Face­book bans Holo­caust de­nial, dis­tor­tion posts

Chattanooga Times Free Press - - NEWS - BY MATT O’BRIEN

Face­book is ban­ning posts that deny or dis­tort the Holo­caust and will start di­rect­ing peo­ple to au­thor­i­ta­tive sources if they search for in­for­ma­tion about the Nazi geno­cide.

Face­book CEO Mark Zucker­berg an­nounced the new pol­icy Mon­day, the lat­est at­tempt by the com­pany to take ac­tion against con­spir­acy the­o­ries and mis­in­for­ma­tion ahead of the U.S. pres­i­den­tial elec­tion three weeks away.

The de­ci­sion comes amid a push by Holo­caust sur­vivors around the world who lent their voices to a cam­paign tar­get­ing Zucker­berg be­gin­ning this sum­mer, urg­ing him to take ac­tion to re­move Holo­caust de­nial posts from the so­cial me­dia site.

Co­or­di­nated by the Con­fer­ence on Jewish Ma­te­rial Claims Against Ger­many, the # NoDeny­ingIt cam­paign used Face­book it­self to make the sur­vivors’ en­treaties to Zucker­berg heard, post­ing one video per day urg­ing him to re­move Holo­caust-deny­ing groups, pages and posts as hate speech.

Face­book said Mon­day

that the new pol­icy “is sup­ported by the well- doc­u­mented rise in anti- Semitism glob­ally and the alarm­ing level of ig­no­rance about the Holo­caust, es­pe­cially among young peo­ple.” Sur­veys have shown some younger Amer­i­cans be­lieve the Holo­caust was a myth or has been ex­ag­ger­ated.

The Anti- Defama­tion League has re­ported that in­ci­dents of white su­prem­a­cist pro­pa­ganda dis­trib­uted across the U.S. jumped by more than 120% be­tween 2018 and last year. The group also said this sum­mer it found a num­ber of Holo­caust de­nial groups on Face­book, some hid­den and most pri­vate.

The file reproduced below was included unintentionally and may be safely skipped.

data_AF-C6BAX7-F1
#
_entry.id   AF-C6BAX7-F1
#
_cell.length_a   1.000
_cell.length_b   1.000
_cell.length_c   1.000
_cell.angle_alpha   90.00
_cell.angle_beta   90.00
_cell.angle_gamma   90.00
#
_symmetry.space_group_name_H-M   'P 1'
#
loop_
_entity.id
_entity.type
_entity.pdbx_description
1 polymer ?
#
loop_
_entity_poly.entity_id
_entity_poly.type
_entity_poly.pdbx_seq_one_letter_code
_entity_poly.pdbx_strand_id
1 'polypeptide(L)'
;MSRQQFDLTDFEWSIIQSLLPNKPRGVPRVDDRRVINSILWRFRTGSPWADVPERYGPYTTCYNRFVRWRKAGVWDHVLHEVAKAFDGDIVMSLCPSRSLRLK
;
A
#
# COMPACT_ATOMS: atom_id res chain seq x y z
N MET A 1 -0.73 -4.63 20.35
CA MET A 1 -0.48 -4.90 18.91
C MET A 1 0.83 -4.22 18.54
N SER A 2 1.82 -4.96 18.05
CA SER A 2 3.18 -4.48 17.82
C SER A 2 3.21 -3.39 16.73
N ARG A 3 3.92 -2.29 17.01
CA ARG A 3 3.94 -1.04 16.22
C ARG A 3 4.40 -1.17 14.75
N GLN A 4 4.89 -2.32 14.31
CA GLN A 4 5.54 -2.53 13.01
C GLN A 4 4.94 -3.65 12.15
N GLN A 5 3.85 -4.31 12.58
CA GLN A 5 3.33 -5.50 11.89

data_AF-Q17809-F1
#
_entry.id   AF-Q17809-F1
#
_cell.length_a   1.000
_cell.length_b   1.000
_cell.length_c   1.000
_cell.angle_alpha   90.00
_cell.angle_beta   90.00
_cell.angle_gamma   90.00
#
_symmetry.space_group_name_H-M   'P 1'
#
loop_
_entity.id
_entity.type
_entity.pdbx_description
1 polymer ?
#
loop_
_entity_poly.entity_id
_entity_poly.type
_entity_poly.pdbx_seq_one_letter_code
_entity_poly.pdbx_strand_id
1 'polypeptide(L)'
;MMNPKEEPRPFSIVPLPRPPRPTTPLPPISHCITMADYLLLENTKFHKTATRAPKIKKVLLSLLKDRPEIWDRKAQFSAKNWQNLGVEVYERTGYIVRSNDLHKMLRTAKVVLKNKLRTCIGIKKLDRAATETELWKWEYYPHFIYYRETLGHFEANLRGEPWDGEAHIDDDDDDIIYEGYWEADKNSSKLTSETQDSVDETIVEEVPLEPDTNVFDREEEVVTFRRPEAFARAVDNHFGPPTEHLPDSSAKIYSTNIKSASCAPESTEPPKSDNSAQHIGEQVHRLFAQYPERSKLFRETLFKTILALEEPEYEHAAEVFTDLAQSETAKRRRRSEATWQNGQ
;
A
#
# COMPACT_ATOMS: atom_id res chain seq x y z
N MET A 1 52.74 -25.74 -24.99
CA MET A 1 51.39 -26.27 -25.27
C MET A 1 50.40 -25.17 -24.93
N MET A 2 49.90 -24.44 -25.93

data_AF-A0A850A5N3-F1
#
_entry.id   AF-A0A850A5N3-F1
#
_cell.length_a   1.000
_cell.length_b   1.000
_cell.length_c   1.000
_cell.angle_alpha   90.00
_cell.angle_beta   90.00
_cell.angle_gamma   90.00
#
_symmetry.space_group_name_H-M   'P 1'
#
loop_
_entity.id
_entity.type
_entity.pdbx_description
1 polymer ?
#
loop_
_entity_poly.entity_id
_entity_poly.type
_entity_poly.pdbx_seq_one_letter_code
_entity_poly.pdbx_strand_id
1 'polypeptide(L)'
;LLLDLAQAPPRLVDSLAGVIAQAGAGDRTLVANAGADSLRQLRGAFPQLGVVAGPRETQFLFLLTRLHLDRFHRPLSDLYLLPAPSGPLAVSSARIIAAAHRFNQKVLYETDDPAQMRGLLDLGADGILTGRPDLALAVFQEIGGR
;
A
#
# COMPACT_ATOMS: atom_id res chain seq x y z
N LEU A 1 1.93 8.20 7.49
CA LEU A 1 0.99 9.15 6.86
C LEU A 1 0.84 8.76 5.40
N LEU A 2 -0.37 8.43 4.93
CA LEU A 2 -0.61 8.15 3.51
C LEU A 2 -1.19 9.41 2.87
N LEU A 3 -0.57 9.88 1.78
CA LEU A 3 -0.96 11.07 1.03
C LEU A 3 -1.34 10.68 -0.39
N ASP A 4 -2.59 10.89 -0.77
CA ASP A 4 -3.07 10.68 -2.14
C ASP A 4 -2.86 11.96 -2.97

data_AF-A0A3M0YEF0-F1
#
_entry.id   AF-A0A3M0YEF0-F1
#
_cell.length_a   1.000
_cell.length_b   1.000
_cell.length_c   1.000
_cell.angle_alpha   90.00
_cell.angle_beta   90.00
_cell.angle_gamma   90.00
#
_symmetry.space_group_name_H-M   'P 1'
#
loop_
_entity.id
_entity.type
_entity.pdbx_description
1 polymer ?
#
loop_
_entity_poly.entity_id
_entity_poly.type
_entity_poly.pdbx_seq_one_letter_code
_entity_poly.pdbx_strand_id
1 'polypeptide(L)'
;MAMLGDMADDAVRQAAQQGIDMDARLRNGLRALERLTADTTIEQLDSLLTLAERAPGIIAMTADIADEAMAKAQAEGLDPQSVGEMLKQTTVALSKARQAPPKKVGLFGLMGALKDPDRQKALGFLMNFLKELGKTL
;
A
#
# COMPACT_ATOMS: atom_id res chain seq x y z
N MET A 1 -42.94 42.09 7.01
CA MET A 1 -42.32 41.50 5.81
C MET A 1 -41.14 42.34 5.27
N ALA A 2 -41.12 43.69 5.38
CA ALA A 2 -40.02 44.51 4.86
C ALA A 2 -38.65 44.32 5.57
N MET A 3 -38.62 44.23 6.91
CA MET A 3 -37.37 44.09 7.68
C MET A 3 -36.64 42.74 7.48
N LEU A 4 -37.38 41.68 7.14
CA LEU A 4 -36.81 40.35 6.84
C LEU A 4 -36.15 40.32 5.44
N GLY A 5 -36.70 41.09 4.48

Tech com­pa­nies be­gan promis­ing to take a firmer stand against ac­counts used to pro­mote hate and vi­o­lence af­ter a 2017 rally in Char­lottesvill­e, Virginia, where a self-de­scribed white su­prem­a­cist drove into a crowd of coun­ter­protesters. Yet Face­book and other com­pa­nies have been slower to re­spond to posts that am­plify false in­for­ma­tion, but don’t pose an im­me­di­ate threat of vi­o­lence or other phys­i­cal harm.

Zucker­berg said in a blog post Mon­day that he be­lieves the new pol­icy strikes the “right bal­ance” in drawing the lines be­tween what is and isn’t ac­cept­able speech.

“I’ve strug­gled with the ten­sion be­tween stand­ing for free ex­pres­sion and the harm caused by min­i­miz­ing or deny­ing the hor­ror of the Holo­caust,” he wrote. “My own think­ing has evolved as I’ve seen data show­ing an in­crease in anti-Semitic vi­o­lence, as have our wider poli­cies on hate speech.”

Zucker­berg had raised the ire of the Claims Con­fer­ence, based in New York, and oth­ers with com­ments in 2018 to the tech web­site Re­code that posts deny­ing the Nazi an­ni­hi­la­tion of 6 mil­lion Jews would not nec­es­sar­ily be re­moved. He said he did not think Holo­caust de­niers were “in­ten­tion­ally” get­ting it wrong, and that as long as posts were not call­ing for harm or vi­o­lence, even of­fen­sive con­tent should be pro­tected.

Af­ter an out­cry, Zucker­berg, who is Jewish him­self, clar­i­fied that while he per­son­ally found “Holo­caust de­nial deeply of­fen­sive” he be­lieved that “the best way to fight of­fen­sive bad speech is with good speech.”

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